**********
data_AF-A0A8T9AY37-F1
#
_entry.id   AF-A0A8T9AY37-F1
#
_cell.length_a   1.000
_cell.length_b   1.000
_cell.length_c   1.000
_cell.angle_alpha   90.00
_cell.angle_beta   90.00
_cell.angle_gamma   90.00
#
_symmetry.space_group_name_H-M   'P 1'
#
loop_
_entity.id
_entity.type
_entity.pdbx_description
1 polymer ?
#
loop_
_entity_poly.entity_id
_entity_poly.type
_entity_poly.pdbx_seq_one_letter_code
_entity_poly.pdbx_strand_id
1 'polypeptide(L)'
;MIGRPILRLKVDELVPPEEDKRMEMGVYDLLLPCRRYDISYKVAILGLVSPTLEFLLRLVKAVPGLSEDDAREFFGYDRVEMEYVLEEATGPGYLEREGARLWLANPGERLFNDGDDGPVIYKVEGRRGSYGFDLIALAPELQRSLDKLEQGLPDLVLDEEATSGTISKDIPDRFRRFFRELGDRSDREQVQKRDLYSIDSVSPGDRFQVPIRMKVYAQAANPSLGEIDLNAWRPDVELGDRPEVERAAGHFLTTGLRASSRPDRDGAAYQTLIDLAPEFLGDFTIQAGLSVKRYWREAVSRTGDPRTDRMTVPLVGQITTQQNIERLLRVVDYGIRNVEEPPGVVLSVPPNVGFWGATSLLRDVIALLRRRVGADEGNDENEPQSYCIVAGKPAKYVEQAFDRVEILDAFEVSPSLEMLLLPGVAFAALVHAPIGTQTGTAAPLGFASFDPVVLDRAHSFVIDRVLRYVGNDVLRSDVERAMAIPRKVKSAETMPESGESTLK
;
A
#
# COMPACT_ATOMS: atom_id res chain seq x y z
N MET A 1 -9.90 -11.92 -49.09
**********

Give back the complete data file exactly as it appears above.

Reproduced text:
data_AF-A0A8T9AY37-F1
#
_entry.id   AF-A0A8T9AY37-F1
#
_cell.length_a   1.000
_cell.length_b   1.000
_cell.length_c   1.000
_cell.angle_alpha   90.00
_cell.angle_beta   90.00
_cell.angle_gamma   90.00
#
_symmetry.space_group_name_H-M   'P 1'
#
loop_
_entity.id
_entity.type
_entity.pdbx_description
1 polymer ?
#
loop_
_entity_poly.entity_id
_entity_poly.type
_entity_poly.pdbx_seq_one_letter_code
_entity_poly.pdbx_strand_id
1 'polypeptide(L)'
;MIGRPILRLKVDELVPPEEDKRMEMGVYDLLLPCRRYDISYKVAILGLVSPTLEFLLRLVKAVPGLSEDDAREFFGYDRVEMEYVLEEATGPGYLEREGARLWLANPGERLFNDGDDGPVIYKVEGRRGSYGFDLIALAPELQRSLDKLEQGLPDLVLDEEATSGTISKDIPDRFRRFFRELGDRSDREQVQKRDLYSIDSVSPGDRFQVPIRMKVYAQAANPSLGEIDLNAWRPDVELGDRPEVERAAGHFLTTGLRASSRPDRDGAAYQTLIDLAPEFLGDFTIQAGLSVKRYWREAVSRTGDPRTDRMTVPLVGQITTQQNIERLLRVVDYGIRNVEEPPGVVLSVPPNVGFWGATSLLRDVIALLRRRVGADEGNDENEPQSYCIVAGKPAKYVEQAFDRVEILDAFEVSPSLEMLLLPGVAFAALVHAPIGTQTGTAAPLGFASFDPVVLDRAHSFVIDRVLRYVGNDVLRSDVERAMAIPRKVKSAETMPESGESTLK
;
A
#
# COMPACT_ATOMS: atom_id res chain seq x y z
N MET A 1 -9.90 -11.92 -49.09